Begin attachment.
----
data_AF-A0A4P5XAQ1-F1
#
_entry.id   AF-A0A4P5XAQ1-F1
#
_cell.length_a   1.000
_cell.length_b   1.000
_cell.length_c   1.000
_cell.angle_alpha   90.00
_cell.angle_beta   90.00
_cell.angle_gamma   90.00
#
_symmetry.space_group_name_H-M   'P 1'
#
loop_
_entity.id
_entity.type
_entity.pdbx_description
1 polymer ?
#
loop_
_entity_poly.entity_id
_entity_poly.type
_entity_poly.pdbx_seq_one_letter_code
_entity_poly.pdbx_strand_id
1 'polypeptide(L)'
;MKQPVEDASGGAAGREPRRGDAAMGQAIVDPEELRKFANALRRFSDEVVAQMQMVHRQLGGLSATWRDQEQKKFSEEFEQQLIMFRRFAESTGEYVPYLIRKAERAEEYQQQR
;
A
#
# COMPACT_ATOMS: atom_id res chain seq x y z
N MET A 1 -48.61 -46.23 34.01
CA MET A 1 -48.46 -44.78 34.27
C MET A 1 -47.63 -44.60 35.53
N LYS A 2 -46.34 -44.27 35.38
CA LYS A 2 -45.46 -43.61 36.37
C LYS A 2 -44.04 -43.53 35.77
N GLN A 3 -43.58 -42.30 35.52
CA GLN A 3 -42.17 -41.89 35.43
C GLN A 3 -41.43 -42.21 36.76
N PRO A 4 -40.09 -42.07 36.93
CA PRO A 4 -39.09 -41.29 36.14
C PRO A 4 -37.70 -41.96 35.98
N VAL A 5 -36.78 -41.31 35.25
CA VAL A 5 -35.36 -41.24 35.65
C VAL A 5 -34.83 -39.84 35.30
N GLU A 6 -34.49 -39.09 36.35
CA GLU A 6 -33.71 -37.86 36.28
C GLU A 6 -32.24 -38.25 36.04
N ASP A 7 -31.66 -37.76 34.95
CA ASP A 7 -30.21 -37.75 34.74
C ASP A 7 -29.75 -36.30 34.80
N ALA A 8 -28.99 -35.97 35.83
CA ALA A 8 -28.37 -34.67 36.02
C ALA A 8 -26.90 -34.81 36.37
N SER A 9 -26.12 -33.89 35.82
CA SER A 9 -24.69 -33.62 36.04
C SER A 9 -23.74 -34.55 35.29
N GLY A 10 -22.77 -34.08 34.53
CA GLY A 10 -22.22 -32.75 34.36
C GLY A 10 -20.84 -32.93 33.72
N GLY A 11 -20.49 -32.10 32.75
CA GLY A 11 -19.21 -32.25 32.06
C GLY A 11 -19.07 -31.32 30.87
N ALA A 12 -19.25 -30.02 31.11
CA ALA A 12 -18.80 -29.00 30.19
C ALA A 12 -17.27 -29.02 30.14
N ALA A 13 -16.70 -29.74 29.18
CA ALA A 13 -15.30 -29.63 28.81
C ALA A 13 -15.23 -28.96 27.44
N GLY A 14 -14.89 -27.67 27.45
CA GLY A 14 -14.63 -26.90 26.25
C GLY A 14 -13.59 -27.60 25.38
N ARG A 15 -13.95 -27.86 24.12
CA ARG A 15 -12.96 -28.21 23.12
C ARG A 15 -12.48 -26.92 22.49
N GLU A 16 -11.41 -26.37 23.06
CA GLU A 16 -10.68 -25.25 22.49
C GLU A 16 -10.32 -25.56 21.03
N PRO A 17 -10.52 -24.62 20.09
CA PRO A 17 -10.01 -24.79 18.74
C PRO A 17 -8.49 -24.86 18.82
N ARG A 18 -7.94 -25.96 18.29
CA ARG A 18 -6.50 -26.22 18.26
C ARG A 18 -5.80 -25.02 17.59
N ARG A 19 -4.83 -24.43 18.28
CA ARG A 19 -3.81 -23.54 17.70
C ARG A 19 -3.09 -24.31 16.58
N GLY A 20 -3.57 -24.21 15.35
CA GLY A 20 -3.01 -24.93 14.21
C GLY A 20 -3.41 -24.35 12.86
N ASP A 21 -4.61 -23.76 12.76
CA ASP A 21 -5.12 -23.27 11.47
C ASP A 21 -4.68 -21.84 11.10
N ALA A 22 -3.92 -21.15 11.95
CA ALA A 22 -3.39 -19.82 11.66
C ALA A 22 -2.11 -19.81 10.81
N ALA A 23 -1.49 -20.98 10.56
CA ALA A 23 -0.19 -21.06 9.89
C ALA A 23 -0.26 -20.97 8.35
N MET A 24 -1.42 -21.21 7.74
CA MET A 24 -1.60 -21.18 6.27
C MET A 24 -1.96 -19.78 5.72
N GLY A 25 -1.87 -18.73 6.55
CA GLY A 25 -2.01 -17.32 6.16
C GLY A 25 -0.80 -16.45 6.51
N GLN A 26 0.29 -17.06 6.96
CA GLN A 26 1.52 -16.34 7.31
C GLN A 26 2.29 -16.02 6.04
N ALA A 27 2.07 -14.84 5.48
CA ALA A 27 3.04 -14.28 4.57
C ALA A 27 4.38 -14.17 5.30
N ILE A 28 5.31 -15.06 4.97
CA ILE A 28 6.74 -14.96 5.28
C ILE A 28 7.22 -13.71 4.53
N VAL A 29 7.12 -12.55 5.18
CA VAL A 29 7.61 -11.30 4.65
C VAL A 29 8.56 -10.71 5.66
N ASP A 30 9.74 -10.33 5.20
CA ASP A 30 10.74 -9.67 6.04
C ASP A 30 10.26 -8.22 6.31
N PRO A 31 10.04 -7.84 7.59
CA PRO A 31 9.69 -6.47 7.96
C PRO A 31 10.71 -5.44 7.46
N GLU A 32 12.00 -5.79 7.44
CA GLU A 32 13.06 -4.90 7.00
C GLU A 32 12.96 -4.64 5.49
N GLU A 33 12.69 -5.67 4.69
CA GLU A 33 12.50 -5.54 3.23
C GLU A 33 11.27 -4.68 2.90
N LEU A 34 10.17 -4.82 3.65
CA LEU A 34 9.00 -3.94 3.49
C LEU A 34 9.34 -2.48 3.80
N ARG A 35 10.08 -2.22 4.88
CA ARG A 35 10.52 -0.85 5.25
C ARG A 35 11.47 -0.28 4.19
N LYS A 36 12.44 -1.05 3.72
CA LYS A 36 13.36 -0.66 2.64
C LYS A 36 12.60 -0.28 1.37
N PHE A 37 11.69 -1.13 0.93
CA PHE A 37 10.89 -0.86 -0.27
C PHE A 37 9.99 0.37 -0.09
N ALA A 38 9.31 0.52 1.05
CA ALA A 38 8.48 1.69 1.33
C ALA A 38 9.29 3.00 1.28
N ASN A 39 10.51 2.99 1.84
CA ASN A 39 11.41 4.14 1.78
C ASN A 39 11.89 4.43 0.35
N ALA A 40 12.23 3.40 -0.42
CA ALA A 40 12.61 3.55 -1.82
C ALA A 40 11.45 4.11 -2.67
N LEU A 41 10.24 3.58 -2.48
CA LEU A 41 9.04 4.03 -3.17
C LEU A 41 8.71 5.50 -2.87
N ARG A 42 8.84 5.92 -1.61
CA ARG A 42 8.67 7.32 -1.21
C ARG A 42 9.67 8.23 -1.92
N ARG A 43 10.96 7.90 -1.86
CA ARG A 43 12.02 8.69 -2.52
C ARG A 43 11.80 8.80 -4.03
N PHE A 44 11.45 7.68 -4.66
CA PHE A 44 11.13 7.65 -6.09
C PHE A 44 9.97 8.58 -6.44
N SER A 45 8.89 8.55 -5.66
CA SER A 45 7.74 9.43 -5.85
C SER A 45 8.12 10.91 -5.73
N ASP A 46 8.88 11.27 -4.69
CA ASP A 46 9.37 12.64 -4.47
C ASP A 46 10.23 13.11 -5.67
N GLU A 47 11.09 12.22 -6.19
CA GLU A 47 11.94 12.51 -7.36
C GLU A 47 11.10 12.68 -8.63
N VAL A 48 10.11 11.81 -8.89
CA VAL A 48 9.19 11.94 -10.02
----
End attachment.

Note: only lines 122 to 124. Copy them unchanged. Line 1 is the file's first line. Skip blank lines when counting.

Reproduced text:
CA PRO A 31 9.69 -6.47 7.96
C PRO A 31 10.71 -5.44 7.46
N GLU A 32 12.00 -5.79 7.44